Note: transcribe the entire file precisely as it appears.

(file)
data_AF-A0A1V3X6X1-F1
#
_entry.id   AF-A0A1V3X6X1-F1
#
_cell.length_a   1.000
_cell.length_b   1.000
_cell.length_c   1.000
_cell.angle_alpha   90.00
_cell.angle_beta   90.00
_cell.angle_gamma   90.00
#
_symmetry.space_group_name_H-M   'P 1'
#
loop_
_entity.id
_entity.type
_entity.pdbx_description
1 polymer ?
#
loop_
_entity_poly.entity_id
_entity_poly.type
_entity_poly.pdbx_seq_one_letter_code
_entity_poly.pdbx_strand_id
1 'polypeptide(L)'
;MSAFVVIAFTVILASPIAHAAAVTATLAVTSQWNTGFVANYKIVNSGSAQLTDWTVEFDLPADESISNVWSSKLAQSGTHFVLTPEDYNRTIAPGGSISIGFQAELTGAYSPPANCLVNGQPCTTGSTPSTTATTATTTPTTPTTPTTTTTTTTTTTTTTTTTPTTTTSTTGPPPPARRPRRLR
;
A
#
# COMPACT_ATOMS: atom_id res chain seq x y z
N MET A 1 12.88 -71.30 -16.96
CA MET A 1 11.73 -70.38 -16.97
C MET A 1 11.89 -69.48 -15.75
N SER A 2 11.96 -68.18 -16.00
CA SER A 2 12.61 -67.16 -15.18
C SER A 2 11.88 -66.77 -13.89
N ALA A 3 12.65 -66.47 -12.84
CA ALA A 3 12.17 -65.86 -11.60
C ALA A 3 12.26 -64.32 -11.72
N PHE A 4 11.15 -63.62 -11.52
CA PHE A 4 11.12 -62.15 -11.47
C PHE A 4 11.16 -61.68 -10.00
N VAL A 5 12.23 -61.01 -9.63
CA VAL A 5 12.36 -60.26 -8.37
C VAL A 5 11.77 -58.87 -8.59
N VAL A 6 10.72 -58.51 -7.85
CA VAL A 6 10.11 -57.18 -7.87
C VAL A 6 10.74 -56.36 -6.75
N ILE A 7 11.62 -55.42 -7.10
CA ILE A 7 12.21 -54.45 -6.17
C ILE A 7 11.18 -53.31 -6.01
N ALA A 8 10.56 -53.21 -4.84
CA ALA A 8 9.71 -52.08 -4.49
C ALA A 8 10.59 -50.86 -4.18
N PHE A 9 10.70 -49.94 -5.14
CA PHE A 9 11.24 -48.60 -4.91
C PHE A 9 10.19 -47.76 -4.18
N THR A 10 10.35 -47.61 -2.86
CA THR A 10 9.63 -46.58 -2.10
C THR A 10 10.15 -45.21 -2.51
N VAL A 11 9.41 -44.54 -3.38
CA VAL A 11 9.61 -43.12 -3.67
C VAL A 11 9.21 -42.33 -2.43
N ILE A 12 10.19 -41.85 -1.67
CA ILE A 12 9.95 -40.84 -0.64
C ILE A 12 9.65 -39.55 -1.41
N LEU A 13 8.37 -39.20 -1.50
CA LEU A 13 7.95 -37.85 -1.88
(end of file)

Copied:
data_AF-A0A1V3X6X1-F1
#
_entry.id   AF-A0A1V3X6X1-F1
#
_cell.length_a   1.000
_cell.length_b   1.000
_cell.length_c   1.000
_cell.angle_alpha   90.00
_cell.angle_beta   90.00
_cell.angle_gamma   90.00
#
_symmetry.space_group_name_H-M   'P 1'
#
loop_
_entity.id
_entity.type
_entity.pdbx_description
1 polymer ?
#
loop_
_entity_poly.entity_id
_entity_poly.type
_entity_poly.pdbx_seq_one_letter_code
_entity_poly.pdbx_strand_id
1 'polypeptide(L)'
;MSAFVVIAFTVILASPIAHAAAVTATLAVTSQWNTGFVANYKIVNSGSAQLTDWTVEFDLPADESISNVWSSKLAQSGTHFVLTPEDYNRTIAPGGSISIGFQAELTGAYSPPANCLVNGQPCTTGSTPSTTATTATTTPTTPTTPTTTTTTTTTTTTTTTTTPTTTTSTTGPPPPARRPRRLR
;
A
#
# COMPACT_ATOMS: atom_id res chain seq x y z
N MET A 1 12.88 -71.30 -16.96
CA MET A 1 11.73 -70.38 -16.97
C MET A 1 11.89 -69.48 -15.75
N SER A 2 11.96 -68.18 -16.00
CA SER A 2 12.61 -67.16 -15.18
C SER A 2 11.88 -66.77 -13.89
N ALA A 3 12.65 -66.47 -12.84
CA ALA A 3 12.17 -65.86 -11.60
C ALA A 3 12.26 -64.32 -11.72
N PHE A 4 11.15 -63.62 -11.52
CA PHE A 4 11.12 -62.15 -11.47
C PHE A 4 11.16 -61.68 -10.00
N VAL A 5 12.23 -61.01 -9.63
CA VAL A 5 12.36 -60.26 -8.37
C VAL A 5 11.77 -58.87 -8.59
N VAL A 6 10.72 -58.51 -7.85
CA VAL A 6 10.11 -57.18 -7.87
C VAL A 6 10.74 -56.36 -6.75
N ILE A 7 11.62 -55.42 -7.10
CA ILE A 7 12.21 -54.45 -6.17
C ILE A 7 11.18 -53.31 -6.01
N ALA A 8 10.56 -53.21 -4.84
CA ALA A 8 9.71 -52.08 -4.49
C ALA A 8 10.59 -50.86 -4.18
N PHE A 9 10.70 -49.94 -5.14
CA PHE A 9 11.24 -48.60 -4.91
C PHE A 9 10.19 -47.76 -4.18
N THR A 10 10.35 -47.61 -2.86
CA THR A 10 9.63 -46.58 -2.10
C THR A 10 10.15 -45.21 -2.51
N VAL A 11 9.41 -44.54 -3.38
CA VAL A 11 9.61 -43.12 -3.67
C VAL A 11 9.21 -42.33 -2.43
N ILE A 12 10.19 -41.85 -1.67
CA ILE A 12 9.95 -40.84 -0.64
C ILE A 12 9.65 -39.55 -1.41
N LEU A 13 8.37 -39.20 -1.50
CA LEU A 13 7.95 -37.85 -1.88